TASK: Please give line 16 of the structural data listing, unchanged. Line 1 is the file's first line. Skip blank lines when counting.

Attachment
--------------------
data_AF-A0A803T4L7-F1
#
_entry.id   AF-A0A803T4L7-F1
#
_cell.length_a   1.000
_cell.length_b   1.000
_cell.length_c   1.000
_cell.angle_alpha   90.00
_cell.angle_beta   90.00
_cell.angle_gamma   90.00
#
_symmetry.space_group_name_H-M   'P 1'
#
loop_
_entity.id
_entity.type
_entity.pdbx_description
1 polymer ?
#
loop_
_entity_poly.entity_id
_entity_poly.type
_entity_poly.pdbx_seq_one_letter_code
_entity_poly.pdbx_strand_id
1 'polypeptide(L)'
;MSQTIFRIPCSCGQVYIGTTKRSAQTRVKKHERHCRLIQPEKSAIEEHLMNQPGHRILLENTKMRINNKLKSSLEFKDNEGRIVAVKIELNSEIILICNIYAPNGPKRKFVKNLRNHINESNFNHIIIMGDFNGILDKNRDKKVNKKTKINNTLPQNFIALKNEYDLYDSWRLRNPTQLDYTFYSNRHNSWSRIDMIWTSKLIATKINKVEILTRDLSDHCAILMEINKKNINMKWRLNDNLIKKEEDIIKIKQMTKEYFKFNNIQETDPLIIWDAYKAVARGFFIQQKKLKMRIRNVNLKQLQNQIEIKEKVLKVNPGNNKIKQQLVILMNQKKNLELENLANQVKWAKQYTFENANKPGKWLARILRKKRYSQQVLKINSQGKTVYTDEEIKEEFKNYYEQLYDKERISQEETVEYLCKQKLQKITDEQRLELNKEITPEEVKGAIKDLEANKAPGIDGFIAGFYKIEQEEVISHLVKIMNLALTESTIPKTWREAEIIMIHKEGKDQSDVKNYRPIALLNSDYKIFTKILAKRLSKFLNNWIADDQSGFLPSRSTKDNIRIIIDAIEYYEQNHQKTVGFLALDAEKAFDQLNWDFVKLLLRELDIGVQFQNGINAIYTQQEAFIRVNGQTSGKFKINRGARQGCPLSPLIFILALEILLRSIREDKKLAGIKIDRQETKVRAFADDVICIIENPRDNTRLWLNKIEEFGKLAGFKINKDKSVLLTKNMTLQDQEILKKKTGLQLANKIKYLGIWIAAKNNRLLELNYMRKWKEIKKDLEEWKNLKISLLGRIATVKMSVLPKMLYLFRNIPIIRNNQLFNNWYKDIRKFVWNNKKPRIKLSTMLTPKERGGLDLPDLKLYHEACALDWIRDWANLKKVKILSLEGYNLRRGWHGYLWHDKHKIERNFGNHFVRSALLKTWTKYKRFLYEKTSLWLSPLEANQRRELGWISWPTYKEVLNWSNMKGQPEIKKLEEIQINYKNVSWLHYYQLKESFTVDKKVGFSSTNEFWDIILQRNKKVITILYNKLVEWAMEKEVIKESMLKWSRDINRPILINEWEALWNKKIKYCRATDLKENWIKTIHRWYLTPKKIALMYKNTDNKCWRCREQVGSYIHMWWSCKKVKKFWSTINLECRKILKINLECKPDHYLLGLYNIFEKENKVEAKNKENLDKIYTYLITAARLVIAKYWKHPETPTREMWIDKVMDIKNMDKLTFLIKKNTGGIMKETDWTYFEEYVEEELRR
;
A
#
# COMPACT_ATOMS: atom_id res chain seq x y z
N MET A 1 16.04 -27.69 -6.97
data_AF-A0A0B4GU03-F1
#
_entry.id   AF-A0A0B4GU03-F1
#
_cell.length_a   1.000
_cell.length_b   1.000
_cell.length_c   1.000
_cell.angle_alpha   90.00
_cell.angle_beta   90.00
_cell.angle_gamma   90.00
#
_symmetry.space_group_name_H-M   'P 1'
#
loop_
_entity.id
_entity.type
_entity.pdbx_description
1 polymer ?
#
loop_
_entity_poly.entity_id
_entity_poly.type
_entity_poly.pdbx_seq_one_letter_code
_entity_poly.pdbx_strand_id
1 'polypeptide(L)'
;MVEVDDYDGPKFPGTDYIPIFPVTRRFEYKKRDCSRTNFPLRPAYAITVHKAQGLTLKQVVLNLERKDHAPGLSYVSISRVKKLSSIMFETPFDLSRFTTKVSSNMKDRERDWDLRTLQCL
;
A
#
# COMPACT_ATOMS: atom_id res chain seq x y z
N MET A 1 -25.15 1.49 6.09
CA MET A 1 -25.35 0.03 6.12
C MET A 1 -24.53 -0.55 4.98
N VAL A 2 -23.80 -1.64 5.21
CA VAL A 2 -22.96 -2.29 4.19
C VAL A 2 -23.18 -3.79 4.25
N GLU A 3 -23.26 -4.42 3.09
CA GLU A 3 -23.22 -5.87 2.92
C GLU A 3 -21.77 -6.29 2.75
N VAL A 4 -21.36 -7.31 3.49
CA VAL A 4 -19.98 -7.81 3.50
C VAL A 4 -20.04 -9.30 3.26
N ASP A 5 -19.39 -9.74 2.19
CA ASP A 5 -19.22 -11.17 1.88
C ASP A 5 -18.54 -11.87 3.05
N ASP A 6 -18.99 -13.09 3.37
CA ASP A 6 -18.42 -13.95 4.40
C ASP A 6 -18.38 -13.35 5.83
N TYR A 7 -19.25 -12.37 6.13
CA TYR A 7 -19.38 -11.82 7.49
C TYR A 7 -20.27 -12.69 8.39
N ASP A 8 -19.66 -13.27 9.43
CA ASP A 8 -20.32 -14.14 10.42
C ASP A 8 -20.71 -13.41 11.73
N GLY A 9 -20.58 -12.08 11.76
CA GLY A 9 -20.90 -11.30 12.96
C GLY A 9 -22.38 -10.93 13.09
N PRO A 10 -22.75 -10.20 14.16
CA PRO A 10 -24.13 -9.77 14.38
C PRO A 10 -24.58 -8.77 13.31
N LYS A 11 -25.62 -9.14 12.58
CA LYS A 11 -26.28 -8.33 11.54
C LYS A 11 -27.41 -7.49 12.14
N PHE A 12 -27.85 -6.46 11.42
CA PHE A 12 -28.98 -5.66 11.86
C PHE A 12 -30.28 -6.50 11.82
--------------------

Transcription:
_entity.type